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Wed 7 Oct 2015, 7:00pm–8:00pm

Where: University of Canterbury, Ilam Road, Ilam, Christchurch

Restrictions: All Ages

Ticket Information:

  • Admission: Free

Listed by: events9

Dr Phoebe Macrae, Department of Communication Disorders

- What is a disorder of swallowing?
- Who has disordered swallowing?
- How do you fix swallowing when it’s broken?

Many people look perplexed when I tell them that my job involves swallowing research. A swallowing problem is something you’ve probably never considered, unless you’ve had personal experience with one, or watched a loved one deal with the frustration and isolation of not being able to eat and drink. Swallowing is one of the most complex acts we perform as humans. We do it most often without any conscious control over the process. So what happens when disease or injury prevents us from swallowing without thought? What happens when we can no longer maintain our nutrition and hydration through eating and drinking? Swallowing disorders can affect people throughout the lifespan, and complicate the recovery of many hospital patients, by increasing the length of stay, decreasing health outcomes, and increasing mortality rates.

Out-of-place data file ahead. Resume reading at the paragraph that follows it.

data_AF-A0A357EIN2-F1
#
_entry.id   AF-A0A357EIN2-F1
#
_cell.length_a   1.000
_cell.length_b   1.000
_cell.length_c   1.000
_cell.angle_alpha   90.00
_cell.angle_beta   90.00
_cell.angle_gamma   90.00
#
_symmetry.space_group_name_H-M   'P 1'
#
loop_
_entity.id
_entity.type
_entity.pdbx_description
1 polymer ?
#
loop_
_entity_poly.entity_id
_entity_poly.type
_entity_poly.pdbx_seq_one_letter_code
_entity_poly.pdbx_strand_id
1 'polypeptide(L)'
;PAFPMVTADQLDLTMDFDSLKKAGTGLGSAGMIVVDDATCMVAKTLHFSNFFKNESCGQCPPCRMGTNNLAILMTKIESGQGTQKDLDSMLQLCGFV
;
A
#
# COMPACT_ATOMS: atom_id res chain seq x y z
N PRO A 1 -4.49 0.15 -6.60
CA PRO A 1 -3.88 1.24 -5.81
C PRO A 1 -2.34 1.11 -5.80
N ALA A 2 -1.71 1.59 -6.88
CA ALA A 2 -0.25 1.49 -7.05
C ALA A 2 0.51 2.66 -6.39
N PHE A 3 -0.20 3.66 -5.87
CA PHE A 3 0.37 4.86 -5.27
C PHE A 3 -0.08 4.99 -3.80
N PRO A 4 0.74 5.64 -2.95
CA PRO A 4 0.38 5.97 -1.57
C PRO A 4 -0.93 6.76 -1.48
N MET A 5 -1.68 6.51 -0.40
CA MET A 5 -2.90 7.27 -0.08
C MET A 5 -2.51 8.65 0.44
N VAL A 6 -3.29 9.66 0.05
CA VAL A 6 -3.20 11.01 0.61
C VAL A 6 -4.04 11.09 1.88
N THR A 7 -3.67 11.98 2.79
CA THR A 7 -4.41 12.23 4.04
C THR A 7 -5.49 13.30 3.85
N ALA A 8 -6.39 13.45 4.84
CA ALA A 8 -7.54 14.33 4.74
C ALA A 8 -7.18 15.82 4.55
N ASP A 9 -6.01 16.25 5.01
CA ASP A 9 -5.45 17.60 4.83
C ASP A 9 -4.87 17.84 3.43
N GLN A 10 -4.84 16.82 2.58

This lecture will introduce you to the complexities of normal swallowing and what happens in the case of impairment. It will talk about the various treatment approaches for rehabilitation of swallowing. It will also provide an overview of the research and clinical activity happening at the newly opened University of Canterbury Rose Centre for Stroke Recovery and Research.

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